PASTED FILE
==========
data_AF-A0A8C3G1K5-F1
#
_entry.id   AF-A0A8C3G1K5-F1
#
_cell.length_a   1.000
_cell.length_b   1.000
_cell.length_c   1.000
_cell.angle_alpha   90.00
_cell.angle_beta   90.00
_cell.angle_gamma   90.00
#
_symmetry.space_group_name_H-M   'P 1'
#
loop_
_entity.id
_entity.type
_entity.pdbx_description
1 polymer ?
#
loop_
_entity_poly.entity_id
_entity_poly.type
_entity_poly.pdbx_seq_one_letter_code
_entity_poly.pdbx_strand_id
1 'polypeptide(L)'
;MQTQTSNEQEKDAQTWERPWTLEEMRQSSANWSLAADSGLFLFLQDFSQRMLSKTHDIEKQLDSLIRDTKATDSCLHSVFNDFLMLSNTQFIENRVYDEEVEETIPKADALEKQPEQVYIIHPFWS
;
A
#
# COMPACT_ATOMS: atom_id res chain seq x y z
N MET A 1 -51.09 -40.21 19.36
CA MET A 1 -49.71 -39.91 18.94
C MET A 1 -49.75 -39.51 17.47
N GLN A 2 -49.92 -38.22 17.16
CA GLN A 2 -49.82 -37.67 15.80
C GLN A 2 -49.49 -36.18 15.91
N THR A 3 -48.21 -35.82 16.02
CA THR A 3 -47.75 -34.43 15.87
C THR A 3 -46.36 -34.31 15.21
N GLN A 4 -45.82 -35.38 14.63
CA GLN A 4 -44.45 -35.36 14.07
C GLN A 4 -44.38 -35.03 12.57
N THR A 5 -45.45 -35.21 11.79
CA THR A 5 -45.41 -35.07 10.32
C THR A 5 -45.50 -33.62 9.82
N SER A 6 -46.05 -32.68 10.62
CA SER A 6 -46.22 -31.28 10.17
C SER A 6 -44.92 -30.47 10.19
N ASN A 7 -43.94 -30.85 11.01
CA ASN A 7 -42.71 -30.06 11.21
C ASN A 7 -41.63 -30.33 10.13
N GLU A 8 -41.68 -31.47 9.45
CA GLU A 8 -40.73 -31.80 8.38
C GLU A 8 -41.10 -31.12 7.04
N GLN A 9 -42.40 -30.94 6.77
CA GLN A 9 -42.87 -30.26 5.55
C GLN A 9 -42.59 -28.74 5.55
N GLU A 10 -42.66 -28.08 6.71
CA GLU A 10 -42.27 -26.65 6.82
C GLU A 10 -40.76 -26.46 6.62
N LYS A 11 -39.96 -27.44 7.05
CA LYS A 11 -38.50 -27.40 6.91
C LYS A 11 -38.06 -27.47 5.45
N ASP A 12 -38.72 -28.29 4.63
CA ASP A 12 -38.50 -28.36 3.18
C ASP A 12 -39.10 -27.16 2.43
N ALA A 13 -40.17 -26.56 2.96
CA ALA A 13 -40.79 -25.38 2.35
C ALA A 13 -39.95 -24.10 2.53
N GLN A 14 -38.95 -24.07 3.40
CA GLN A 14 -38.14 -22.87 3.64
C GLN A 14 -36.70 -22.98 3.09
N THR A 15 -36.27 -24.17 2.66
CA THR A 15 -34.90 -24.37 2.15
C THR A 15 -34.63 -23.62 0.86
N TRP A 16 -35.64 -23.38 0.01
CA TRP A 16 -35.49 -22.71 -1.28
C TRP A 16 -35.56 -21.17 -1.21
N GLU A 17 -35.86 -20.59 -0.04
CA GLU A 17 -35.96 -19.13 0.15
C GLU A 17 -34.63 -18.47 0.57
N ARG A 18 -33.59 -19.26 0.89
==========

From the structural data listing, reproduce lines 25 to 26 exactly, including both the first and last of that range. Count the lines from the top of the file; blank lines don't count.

1 'polypeptide(L)'
;MQTQTSNEQEKDAQTWERPWTLEEMRQSSANWSLAADSGLFLFLQDFSQRMLSKTHDIEKQLDSLIRDTKATDSCLHSVFNDFLMLSNTQFIENRVYDEEVEETIPKADALEKQPEQVYIIHPFWS